LOS ANGELES — Sony Corp. this week admitted that hackers have obtained personal data that likely included credit card information of tens of millions of people who have registered for PlayStation Network, the company’s online game and movie service, as well as its Qriocity digital music service.
In a blog post, company spokesman Patrick Seybold did not say how many accounts were compromised. But Sony last year said more than 50 million people have registered to use PlayStation Network, which links users via the Sony PlayStation 3 console to game downloads and online services such as Netflix Instant Watch video streaming service.
Hackers who gained access to personal information last week were able to steal the names, addresses, phone numbers, user names, birth dates, email addresses and passwords of registrants, Sony said. The company also acknowledged that credit card information probably was stolen.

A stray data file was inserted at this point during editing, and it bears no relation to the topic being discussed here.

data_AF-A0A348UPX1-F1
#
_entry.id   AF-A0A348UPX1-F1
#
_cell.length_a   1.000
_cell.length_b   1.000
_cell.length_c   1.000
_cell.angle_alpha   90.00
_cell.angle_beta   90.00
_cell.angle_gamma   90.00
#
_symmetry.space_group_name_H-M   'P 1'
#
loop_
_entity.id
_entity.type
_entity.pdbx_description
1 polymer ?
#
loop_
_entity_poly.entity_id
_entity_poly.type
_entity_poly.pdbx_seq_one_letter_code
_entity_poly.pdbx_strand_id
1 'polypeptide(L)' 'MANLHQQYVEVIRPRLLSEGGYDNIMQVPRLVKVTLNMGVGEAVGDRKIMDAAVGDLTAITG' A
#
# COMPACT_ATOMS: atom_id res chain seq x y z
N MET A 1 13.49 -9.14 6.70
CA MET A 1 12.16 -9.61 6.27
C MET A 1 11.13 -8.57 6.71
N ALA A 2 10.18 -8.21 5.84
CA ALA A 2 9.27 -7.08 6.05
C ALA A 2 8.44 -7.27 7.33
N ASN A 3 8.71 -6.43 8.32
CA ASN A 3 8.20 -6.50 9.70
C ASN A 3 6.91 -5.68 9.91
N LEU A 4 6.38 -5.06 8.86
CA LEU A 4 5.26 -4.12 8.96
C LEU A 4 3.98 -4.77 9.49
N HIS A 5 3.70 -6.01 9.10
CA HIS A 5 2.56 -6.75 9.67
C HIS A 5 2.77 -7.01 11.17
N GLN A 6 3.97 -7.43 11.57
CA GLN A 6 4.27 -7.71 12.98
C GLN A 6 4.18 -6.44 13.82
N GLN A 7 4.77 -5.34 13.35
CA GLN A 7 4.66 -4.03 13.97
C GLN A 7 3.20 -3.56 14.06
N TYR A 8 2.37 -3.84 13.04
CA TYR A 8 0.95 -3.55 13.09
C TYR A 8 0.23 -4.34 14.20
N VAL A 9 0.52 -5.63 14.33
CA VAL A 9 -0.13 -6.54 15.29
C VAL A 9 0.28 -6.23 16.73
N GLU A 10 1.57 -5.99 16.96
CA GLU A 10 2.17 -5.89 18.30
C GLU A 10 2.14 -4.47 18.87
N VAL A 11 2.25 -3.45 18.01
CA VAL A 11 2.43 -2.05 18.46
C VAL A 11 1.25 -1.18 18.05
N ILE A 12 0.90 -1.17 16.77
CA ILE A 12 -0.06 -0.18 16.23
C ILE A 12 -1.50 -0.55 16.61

Seybold wrote, “If you have provided your credit card data through PlayStation Network or Qriocity, out of an abundance of caution we are advising you that your credit card number and expiration date may have been obtained.”
Sony last week shut down its PlayStation Network service, saying the service had been the target of an “intrusion,” but did not release details until Tuesday.
Such a broad breach of consumer information is rare, because most companies take precautions to silo customer information, separating contact information from credit card data, for example, so that only parts of any customer’s profile can be accessed from a single attack.
The company said it plans to get parts of the PlayStation Network services back up “within a week.”